Latest twist in Ukraine impeachment drama could stretch into Biden’s fall campaign as fired prosecutor seeks legal remedy in courts. The infamous story of Joe Biden’s effort to force the firing of Ukraine’s chief prosecutor in 2016 has taken a new legal twist in Kiev, just as the former vice president is sewing up the 2020 Democratic presidential nomination in America.
In Kiev late last month, District Court Judge S. V. Vovk ordered the country’s law enforcement services to formally list the fired prosecutor, Victor Shokin, as the victim of an alleged crime by the former U.S. vice president, according to an official English translation of the ruling obtained by Just the News.
The court had previously ordered the Prosecutor General’s Office and the State Bureau of Investigations in February to investigate Shokin’s claim that he was fired in spring 2016 under pressure from Biden because he was investigating Burisma Holdings, the natural gas company where Biden’s son Hunter worked.
The court ruled then that there was adequate evidence to investigate Shokin’s claim that Biden’s pressure on then-President Petro Poroshenko, including a threat to withhold $1 billion in U.S. loan guarantees, amounted to unlawful interference in Shokin’s work as Ukraine’s chief prosecutor. But when law enforcement agencies opened the probe they refused to name Biden as the alleged perpetrator of the crime, instead listing the potential defendant as an unnamed American.
Vovk ruled that anonymous listing was improper and ordered the law enforcement agencies to formally name Biden as the accused perpetrator. The ruling orders “a competent person of the Office of the Prosecutor General of Ukraine who conducts procedural management in criminal proceedings No. 62020000000000236 dated February 24, 2020 to enter information into the Unified register of pre-trial investigations … a summary of facts that may indicate the commission of a criminal offense under Paragraph 2 of Article 343 of the Criminal procedure code of Ukraine on criminal proceedings No. 62020000000000236 dated February 24, 2020, namely: information on interference in the activities of the former Prosecutor General of Ukraine Shokin, Viktor Mykolaiovych performed by citizen of the United States of America Joseph Biden, former U.S. Vice President.”
The judge added, “the order of the court may not be appealed.” Shokin’s attorney, Oleksandr Ivanovych Teleshetskyi, confirmed the ruling to Just the News but said Ukraine officials have not yet complied. “Viktor Shokin publicly appealed to the president of Ukraine with a request to properly respond to illegal inaction in the investigation of criminal cases that are open against Joseph Biden,” Teleshetskyi said. “Let me remind you that they were discovered precisely as a result of the statement of Viktor Shokin.”
The Biden-Shokin saga has dominated headlines for more than a year, and played a central role in the Democrat-led impeachment proceedings that ended earlier this year with President Trump’s acquittal in the Senate. Biden has admitted on videotape he forced then-Ukraine President Poroshenko to fire Shokin in March 2016 by threatening to withhold $1 billion in U.S. loan guarantees. But Biden has steadfastly denied Shokin’s firing was due to the Burisma case. Instead, Biden said, he and other Western leaders believed Shokin was ineffective as a corruption fighter.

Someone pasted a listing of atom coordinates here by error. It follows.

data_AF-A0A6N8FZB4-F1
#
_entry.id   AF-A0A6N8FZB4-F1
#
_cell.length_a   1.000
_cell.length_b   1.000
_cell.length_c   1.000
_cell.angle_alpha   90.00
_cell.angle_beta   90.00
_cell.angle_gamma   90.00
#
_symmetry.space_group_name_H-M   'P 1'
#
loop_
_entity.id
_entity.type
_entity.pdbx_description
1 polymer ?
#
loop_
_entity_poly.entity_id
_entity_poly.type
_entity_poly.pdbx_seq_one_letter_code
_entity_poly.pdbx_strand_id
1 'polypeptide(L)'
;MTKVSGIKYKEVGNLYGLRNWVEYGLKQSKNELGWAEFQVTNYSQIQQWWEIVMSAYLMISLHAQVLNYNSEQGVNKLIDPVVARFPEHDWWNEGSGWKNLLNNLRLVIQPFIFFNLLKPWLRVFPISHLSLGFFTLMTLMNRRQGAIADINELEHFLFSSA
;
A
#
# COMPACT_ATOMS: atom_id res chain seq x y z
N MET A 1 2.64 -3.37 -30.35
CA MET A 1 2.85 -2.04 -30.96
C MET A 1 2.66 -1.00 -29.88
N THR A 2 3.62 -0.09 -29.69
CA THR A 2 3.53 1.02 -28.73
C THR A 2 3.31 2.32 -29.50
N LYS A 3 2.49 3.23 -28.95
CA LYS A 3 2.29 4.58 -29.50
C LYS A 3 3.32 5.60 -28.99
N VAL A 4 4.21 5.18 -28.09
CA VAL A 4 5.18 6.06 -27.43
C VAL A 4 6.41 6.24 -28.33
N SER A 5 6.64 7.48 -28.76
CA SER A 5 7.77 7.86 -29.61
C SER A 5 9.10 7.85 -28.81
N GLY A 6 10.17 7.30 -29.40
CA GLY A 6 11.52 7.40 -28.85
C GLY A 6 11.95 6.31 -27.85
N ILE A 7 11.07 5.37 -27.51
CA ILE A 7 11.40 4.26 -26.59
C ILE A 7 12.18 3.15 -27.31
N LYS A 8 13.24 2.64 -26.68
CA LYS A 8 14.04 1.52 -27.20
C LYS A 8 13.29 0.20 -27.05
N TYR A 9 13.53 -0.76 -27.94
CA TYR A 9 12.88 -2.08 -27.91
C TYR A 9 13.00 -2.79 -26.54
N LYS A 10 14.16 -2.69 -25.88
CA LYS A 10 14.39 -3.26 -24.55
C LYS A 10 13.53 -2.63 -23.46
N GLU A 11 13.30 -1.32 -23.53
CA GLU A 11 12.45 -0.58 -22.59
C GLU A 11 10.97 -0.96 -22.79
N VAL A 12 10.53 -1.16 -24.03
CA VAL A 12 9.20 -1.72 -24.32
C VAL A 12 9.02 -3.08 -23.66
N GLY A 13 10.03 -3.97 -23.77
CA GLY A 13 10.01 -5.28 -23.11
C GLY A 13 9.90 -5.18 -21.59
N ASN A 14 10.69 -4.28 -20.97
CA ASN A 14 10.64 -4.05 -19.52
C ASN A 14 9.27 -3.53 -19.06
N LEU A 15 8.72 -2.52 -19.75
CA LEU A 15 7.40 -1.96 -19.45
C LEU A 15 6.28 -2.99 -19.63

Shokin, however, has alleged in a court affidavit he was told he was fired because he refused to stand down his investigation of alleged corruption by Burisma and after he planned to call Hunter Biden as a witness to question him about millions of dollars in payments his American firm received from the Ukraine gas company.
Shokin has also disputed Democrats’ claims he was fired because he was incompetent or corrupt, producing among other pieces of evidence a letter from the U.S. State Department in summer 2015 that praised his anti-corruption plan as Ukraine’s chief prosecutor.
While the Biden-Shokin factual dispute remains unresolved, the impeachment trial last year generated testimony from State Department witnesses who said they believed Hunter Biden’s role at Burisma while his father oversaw U.S.-Ukraine policy created an uncomfortable appearance of a conflict of interest.
Both Bidens have denied wrongdoing but acknowledged they wished they had handled the matter differently. Shokin’s continued pursuit of a case in the Ukraine courts could prompt new disclosures this summer as Biden readies for the fall election against Trump.
On Tuesday, a Ukraine parliamentary member released what he said were excerpts of phone calls between Poroshenko and Biden discussing Shokin’s firing, but neither man has confirmed their authenticity yet.
In an interview, Shokin told Just the News he is confident he can unearth evidence during the proceedings that Ukraine officials were satisfied with his performance and simply acceded to firing him to avoid losing the badly needed U.S. loan guarantees.